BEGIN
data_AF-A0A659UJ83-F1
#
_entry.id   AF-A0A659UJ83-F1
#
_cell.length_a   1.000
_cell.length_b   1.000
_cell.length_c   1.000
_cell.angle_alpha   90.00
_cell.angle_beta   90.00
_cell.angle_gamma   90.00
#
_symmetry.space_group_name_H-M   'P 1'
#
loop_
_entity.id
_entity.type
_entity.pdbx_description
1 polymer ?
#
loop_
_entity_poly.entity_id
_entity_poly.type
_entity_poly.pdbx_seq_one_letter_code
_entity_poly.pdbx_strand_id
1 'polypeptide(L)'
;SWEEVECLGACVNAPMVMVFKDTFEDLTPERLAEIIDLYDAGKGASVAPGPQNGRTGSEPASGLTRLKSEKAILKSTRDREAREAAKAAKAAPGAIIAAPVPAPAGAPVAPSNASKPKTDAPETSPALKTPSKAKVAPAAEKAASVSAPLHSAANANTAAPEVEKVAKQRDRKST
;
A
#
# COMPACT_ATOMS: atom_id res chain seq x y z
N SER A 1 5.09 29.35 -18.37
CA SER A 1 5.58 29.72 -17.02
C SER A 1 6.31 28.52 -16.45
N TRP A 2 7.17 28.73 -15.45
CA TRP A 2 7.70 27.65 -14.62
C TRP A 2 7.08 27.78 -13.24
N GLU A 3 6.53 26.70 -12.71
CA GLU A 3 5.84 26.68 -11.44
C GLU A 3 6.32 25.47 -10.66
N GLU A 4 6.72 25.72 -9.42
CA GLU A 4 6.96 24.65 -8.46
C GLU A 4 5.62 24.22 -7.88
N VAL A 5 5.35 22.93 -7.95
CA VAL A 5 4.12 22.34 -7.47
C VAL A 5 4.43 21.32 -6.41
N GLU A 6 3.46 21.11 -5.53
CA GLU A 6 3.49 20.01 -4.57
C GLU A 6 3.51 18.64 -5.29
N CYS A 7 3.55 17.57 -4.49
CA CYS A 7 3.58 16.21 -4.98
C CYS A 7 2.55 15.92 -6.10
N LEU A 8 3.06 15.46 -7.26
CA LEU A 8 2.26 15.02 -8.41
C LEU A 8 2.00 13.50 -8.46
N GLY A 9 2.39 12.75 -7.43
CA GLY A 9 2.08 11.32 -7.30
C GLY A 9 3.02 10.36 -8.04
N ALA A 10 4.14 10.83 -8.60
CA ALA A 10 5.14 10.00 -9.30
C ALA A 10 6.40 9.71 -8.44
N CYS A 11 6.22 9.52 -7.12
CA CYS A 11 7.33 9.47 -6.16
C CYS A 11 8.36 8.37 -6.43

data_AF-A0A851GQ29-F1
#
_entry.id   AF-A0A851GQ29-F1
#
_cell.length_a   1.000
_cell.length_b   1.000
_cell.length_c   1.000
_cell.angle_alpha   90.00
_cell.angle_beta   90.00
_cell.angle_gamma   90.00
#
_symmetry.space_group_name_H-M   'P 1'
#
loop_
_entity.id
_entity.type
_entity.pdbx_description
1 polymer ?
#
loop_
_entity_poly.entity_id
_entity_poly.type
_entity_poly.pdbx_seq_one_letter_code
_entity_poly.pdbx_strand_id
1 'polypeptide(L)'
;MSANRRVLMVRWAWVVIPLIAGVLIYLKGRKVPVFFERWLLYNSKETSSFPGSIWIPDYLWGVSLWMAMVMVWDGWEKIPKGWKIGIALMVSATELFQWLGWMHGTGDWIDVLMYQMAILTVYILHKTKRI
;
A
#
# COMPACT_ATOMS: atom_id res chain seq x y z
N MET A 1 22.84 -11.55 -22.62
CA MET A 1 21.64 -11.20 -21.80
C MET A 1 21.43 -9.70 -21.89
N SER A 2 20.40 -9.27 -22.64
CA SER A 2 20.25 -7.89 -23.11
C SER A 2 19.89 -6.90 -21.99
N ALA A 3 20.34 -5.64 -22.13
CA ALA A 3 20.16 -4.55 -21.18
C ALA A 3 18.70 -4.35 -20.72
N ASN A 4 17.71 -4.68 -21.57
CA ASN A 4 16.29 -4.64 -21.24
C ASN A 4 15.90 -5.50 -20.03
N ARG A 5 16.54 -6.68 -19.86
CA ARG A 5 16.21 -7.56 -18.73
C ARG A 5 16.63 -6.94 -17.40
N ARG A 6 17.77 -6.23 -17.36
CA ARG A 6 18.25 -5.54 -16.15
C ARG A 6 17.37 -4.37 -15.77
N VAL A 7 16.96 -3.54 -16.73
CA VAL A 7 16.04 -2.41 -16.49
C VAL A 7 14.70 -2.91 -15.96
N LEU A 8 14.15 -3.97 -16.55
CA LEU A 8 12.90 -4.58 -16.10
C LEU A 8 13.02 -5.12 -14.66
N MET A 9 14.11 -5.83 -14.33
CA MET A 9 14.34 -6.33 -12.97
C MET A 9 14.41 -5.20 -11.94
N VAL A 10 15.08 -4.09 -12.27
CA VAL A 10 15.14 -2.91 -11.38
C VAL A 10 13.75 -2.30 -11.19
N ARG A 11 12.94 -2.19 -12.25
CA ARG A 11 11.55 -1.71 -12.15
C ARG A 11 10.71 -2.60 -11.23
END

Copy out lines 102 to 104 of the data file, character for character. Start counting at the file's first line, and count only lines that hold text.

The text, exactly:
C ALA A 3 18.70 -4.35 -20.72
N ASN A 4 17.71 -4.68 -21.57
CA ASN A 4 16.29 -4.64 -21.24